Denver City Council President Cancels Weekly Meeting, Cites COVID

Denver City Council President Cancels Weekly Meeting, Cites COVID
Evan Semón
Denver City Council president Jolon Clark has canceled council's regular weekly meeting set for 5:30 p.m. today, June 29.

"The big concern is COVID spread. We’re drawing larger crowds each week, and we need to come up with a method for virtual public participation so that we’re not encouraging these large crowds together," says Stacy Simonet, a council spokesperson, who notes that while Clark accepted input from the rest of the councilmembers, the final decision to cancel was his alone.

But while COVOD-19 cases have been going up in Colorado, not everyone is buying Clark's reason for canceling the meeting. Activists associated with the Denver chapter of the Party for Socialism and Liberation call it a "flimsy excuse."

"It’s a supreme show of cowardice if the city council thinks that this is some kind of a power move. They are dead wrong. They look so small and pathetic," says Lillian House, an organizer with PSL Denver.

House and dozens of others came to the Denver City Council meeting last Monday, when the public comment portion grew to two and a half hours as people voiced their concerns about police brutality and argued for defunding the police. When Clark tried to follow the regular council agenda at that meeting, he was shouted down, and eventually relented.

Last week, seventy individuals had signed up for the public comment section, a remarkably high number for a Denver City Council meeting. Since not everyone could fit in council chambers, city staff opened up multiple overflow rooms.

According to Simonet, it's difficult to maintain social distancing in council chambers because people who come to meetings don't want to have to sit in the overflow rooms. "People come to a meeting to get to be a part of the meeting," she says. "They don’t want to watch it on TV."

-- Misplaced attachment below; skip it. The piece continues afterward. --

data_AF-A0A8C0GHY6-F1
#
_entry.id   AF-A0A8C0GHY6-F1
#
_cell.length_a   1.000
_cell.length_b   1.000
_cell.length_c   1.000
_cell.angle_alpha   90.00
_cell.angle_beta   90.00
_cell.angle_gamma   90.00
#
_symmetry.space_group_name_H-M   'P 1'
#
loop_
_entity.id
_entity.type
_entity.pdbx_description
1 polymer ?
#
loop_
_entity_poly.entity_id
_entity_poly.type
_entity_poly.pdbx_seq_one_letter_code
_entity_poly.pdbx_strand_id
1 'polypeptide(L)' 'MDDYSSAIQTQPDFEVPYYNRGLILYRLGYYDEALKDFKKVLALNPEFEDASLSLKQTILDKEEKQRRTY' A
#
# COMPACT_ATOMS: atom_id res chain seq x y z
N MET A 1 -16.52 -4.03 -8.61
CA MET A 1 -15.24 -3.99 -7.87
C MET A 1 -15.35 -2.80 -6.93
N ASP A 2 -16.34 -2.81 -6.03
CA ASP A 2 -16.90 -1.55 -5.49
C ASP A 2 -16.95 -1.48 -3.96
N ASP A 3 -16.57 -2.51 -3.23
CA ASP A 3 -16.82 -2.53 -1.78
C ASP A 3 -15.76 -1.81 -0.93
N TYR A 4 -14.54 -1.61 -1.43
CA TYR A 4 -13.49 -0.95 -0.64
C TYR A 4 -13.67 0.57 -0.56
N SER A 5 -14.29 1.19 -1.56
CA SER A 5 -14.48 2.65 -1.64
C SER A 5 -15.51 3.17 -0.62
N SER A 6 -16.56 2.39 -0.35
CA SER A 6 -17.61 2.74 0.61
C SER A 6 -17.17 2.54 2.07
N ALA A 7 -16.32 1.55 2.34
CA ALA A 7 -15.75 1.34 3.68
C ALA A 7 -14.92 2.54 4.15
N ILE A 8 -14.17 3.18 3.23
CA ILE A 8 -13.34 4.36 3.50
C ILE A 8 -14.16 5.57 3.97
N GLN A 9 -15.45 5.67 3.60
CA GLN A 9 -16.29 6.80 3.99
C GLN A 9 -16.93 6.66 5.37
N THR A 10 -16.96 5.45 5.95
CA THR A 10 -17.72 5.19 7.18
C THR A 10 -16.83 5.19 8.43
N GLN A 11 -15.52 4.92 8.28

Simonet pushes back against House's suggestion that council canceled this week's meeting because those present for public comment last week commandeered the first few hours of the meeting.

"I don’t think that’s true. Every week we’ve had more people sign up to speak than we knew we could hear in the time allotted. We’ve expanded that session each week to accommodate those folks. They chose to be impatient," says Simonet. Fifty-five people had already signed up to speak on June 29 before tonight's meeting was canceled.

Early on during the COVID-19 pandemic, Denver City Council created a way for some councilmembers to participate virtually in the Monday meetings. Even then, however, at least seven councilmembers had to be physically present in chambers, and the public still had to be allowed in.

That's why simply switching to a virtual meeting tonight wouldn't have fixed the issue of possible COVID spread within council chambers, according to Simonet, who notes that council is working on creating a virtual participation process for members of the public. It will also be organizing listening sessions, she says.

Meanwhile, the Party for Socialism and Liberation will hold a "people's town hall" at 6 p.m. this evening outside of the City and County Building of Denver.

"We will be speaking directly to the people who hold power," House says, "and we’ll speak to the media, and they can’t avoid us."
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Conor McCormick-Cavanagh is a staff writer at Westword, where he covers a range of beats, including local politics, immigration and homelessness. He previously worked as a journalist in Tunisia and loves to talk New York sports.